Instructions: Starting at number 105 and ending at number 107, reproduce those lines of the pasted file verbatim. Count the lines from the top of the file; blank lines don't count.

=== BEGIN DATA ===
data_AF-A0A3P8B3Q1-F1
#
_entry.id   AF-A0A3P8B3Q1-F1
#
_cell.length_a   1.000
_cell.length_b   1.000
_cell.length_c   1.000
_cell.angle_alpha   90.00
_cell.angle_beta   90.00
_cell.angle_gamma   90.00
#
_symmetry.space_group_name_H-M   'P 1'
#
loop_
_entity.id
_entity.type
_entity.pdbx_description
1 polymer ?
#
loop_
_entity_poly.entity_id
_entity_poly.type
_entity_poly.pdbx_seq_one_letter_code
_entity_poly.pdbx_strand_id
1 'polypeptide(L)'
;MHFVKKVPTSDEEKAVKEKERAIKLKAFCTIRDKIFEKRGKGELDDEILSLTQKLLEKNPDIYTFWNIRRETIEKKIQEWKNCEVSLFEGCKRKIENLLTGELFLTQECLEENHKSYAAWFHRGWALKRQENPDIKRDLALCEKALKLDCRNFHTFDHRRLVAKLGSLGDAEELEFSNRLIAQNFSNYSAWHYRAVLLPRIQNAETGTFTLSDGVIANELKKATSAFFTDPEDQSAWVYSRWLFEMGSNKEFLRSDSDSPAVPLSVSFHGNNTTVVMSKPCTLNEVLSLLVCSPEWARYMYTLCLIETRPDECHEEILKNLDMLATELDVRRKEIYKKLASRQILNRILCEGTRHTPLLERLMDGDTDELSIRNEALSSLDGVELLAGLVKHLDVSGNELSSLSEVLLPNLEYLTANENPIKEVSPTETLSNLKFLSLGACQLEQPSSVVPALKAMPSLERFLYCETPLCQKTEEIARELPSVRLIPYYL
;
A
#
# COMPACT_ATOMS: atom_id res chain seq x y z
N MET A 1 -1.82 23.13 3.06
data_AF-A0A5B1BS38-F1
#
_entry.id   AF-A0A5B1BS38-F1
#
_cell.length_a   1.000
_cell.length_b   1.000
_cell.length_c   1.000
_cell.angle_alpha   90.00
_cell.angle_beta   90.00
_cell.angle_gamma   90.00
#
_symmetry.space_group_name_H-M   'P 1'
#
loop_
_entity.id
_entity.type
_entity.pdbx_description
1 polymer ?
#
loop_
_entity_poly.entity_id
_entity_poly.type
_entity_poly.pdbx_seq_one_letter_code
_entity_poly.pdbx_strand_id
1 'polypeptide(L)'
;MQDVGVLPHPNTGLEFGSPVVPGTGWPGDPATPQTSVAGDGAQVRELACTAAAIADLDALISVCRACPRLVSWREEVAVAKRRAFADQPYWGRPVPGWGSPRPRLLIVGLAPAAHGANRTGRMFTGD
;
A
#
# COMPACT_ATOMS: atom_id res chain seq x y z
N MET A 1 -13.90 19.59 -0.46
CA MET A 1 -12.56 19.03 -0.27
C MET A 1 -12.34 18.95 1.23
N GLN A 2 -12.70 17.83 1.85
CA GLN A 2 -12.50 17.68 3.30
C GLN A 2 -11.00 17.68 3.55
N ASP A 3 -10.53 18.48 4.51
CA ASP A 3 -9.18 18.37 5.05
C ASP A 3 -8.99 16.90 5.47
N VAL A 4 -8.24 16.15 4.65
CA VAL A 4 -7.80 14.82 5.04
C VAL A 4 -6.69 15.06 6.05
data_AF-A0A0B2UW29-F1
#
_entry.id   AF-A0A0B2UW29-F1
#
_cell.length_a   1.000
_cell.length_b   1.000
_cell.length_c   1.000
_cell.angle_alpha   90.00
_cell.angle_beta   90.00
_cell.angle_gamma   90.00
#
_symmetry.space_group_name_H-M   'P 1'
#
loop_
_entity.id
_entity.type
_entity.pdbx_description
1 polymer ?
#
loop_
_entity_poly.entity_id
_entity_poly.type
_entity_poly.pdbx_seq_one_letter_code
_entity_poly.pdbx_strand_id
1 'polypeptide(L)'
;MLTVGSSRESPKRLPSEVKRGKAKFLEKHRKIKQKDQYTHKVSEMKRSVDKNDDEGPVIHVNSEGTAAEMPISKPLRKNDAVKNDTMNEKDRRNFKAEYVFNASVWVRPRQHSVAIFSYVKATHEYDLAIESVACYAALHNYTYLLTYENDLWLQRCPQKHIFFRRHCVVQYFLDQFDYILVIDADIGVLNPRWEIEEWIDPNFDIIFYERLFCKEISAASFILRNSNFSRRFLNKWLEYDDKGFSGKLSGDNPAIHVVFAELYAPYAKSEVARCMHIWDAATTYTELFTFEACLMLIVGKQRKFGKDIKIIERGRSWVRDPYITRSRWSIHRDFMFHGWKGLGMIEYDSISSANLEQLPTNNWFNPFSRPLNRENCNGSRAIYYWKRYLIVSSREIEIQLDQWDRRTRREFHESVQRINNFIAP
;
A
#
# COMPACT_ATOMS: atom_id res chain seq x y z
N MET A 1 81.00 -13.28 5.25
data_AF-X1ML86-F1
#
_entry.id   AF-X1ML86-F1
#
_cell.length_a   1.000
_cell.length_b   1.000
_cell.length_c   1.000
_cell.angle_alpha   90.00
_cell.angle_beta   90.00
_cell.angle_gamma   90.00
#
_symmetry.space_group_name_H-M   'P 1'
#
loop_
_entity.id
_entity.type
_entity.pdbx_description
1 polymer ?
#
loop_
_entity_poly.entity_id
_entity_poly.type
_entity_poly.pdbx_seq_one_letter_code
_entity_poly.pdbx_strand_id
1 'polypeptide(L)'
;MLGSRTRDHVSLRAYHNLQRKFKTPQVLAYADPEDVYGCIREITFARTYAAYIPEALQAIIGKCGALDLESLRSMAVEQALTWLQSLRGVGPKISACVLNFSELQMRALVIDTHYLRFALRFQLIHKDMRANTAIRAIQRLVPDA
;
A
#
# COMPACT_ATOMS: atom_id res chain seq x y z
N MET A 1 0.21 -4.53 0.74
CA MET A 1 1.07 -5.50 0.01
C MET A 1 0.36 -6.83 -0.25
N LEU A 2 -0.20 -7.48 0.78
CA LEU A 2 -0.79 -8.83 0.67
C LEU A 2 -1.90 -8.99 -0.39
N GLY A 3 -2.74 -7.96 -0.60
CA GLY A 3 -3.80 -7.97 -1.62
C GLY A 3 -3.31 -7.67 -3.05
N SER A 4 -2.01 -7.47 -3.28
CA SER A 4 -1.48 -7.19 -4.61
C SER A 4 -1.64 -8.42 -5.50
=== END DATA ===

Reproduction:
data_AF-X1ML86-F1
#
_entry.id   AF-X1ML86-F1